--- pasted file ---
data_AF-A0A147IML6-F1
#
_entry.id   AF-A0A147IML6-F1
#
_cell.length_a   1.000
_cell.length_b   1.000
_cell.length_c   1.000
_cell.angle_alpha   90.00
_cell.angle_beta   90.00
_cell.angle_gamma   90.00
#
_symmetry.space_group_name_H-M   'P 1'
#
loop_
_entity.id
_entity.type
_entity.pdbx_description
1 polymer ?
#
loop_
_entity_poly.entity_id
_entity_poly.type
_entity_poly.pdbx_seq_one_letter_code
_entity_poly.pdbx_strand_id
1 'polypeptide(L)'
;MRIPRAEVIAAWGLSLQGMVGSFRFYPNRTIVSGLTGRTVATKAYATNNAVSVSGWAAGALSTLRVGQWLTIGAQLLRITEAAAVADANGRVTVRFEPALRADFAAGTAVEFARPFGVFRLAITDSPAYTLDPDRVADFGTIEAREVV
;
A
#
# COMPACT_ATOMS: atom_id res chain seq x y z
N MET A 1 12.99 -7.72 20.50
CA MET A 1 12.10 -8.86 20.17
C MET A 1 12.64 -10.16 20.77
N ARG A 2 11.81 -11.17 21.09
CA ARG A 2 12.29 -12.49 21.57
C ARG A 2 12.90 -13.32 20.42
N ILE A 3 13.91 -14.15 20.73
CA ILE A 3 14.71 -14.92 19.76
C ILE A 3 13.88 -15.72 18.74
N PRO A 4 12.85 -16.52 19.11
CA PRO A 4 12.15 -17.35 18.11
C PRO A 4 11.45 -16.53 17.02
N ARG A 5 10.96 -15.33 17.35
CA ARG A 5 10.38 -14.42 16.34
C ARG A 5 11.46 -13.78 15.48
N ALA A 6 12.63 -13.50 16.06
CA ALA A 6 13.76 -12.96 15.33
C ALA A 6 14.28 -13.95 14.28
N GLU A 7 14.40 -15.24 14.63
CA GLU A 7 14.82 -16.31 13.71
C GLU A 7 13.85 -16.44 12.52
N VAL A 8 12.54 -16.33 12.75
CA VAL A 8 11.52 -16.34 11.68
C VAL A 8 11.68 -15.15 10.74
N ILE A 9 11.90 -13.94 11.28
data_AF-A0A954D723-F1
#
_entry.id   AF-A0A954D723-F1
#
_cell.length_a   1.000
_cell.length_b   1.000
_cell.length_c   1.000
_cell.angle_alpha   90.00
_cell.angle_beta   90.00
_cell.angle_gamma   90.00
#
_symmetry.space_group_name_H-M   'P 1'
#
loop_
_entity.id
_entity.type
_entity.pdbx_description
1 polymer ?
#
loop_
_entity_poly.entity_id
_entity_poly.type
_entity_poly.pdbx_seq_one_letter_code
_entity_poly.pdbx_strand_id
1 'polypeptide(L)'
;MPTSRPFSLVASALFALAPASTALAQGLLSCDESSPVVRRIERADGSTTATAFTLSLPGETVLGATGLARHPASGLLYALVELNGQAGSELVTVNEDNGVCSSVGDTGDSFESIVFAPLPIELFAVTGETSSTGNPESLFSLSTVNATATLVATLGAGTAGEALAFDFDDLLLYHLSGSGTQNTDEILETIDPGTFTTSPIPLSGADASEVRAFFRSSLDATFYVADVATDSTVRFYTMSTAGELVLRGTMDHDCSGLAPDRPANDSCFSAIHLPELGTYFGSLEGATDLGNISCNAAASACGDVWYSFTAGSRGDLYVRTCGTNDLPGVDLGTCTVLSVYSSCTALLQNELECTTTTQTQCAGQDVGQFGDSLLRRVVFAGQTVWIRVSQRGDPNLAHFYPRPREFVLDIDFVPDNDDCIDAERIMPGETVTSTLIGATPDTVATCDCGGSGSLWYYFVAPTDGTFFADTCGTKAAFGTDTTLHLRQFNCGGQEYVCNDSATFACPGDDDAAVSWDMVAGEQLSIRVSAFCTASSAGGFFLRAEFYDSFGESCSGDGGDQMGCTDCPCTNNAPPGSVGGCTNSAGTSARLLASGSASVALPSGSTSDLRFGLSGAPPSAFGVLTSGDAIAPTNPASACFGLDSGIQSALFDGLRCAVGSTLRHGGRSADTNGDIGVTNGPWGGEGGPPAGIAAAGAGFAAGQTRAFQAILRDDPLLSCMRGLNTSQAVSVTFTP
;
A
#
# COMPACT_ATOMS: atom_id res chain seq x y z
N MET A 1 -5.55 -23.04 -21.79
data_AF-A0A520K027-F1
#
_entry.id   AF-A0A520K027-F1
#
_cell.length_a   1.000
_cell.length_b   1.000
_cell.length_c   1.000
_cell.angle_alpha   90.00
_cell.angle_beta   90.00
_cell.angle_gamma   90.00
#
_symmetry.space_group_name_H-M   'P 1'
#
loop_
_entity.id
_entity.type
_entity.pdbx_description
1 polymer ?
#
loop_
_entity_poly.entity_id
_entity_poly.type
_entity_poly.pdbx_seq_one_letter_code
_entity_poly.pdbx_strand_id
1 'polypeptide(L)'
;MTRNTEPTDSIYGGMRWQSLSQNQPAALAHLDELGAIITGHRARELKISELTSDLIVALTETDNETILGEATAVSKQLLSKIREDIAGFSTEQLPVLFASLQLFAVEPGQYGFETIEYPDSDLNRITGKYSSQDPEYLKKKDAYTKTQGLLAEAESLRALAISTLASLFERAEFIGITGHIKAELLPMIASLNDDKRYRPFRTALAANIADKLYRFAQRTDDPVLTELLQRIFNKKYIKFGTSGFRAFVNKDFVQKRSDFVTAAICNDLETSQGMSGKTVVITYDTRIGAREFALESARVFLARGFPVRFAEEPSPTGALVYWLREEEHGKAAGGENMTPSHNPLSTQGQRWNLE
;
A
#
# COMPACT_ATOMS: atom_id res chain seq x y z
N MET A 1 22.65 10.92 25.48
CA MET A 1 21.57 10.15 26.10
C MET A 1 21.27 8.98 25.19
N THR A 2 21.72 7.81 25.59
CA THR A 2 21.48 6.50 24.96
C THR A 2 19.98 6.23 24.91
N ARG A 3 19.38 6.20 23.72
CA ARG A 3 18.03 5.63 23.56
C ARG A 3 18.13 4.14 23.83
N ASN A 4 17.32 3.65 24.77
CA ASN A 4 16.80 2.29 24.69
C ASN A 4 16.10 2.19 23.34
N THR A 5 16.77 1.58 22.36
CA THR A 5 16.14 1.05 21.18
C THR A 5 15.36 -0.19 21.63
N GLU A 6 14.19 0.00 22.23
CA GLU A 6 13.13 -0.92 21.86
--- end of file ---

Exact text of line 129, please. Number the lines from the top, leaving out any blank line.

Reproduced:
N THR A 5 16.77 1.58 22.36